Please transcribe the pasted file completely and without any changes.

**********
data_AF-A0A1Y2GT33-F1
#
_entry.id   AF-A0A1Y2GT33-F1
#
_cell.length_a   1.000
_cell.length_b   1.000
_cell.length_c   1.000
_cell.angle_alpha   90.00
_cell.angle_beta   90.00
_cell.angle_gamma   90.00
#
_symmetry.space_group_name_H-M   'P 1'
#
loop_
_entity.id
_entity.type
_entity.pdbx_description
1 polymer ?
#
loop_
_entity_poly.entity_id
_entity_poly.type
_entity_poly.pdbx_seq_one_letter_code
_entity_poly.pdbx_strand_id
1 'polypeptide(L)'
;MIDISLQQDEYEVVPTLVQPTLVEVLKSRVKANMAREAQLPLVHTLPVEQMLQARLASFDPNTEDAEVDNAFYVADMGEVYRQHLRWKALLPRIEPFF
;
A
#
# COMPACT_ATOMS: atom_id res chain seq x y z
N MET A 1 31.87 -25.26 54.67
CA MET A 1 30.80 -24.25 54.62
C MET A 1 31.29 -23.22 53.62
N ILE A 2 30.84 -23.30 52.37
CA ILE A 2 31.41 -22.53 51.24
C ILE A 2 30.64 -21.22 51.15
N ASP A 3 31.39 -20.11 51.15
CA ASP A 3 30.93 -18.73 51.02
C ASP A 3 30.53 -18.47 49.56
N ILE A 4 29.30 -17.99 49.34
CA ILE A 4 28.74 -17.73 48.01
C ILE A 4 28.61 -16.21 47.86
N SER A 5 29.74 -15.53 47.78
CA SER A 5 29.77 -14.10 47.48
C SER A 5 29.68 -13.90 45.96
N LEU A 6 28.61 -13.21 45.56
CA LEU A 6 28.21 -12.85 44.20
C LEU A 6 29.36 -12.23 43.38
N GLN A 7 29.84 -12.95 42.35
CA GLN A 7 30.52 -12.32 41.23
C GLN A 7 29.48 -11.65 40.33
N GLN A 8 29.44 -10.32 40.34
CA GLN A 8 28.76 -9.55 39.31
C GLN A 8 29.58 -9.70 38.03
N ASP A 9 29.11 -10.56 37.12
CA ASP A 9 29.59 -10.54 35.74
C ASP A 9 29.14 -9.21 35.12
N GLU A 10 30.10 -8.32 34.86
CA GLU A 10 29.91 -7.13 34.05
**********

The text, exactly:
data_AF-A0A1Y2GT33-F1
#
_entry.id   AF-A0A1Y2GT33-F1
#
_cell.length_a   1.000
_cell.length_b   1.000
_cell.length_c   1.000
_cell.angle_alpha   90.00
_cell.angle_beta   90.00
_cell.angle_gamma   90.00
#
_symmetry.space_group_name_H-M   'P 1'
#
loop_
_entity.id
_entity.type
_entity.pdbx_description
1 polymer ?
#
loop_
_entity_poly.entity_id
_entity_poly.type
_entity_poly.pdbx_seq_one_letter_code
_entity_poly.pdbx_strand_id
1 'polypeptide(L)'
;MIDISLQQDEYEVVPTLVQPTLVEVLKSRVKANMAREAQLPLVHTLPVEQMLQARLASFDPNTEDAEVDNAFYVADMGEVYRQHLRWKALLPRIEPFF
;
A
#
# COMPACT_ATOMS: atom_id res chain seq x y z
N MET A 1 31.87 -25.26 54.67
CA MET A 1 30.80 -24.25 54.62
C MET A 1 31.29 -23.22 53.62
N ILE A 2 30.84 -23.30 52.37
CA ILE A 2 31.41 -22.53 51.24
C ILE A 2 30.64 -21.22 51.15
N ASP A 3 31.39 -20.11 51.15
CA ASP A 3 30.93 -18.73 51.02
C ASP A 3 30.53 -18.47 49.56
N ILE A 4 29.30 -17.99 49.34
CA ILE A 4 28.74 -17.73 48.01
C ILE A 4 28.61 -16.21 47.86
N SER A 5 29.74 -15.53 47.78
CA SER A 5 29.77 -14.10 47.48
C SER A 5 29.68 -13.90 45.96
N LEU A 6 28.61 -13.21 45.56
CA LEU A 6 28.21 -12.85 44.20
C LEU A 6 29.36 -12.23 43.38
N GLN A 7 29.84 -12.95 42.35
CA GLN A 7 30.52 -12.32 41.23
C GLN A 7 29.48 -11.65 40.33
N GLN A 8 29.44 -10.32 40.34
CA GLN A 8 28.76 -9.55 39.31
C GLN A 8 29.58 -9.70 38.03
N ASP A 9 29.11 -10.56 37.12
CA ASP A 9 29.59 -10.54 35.74
C ASP A 9 29.14 -9.21 35.12
N GLU A 10 30.10 -8.32 34.86
CA GLU A 10 29.91 -7.13 34.05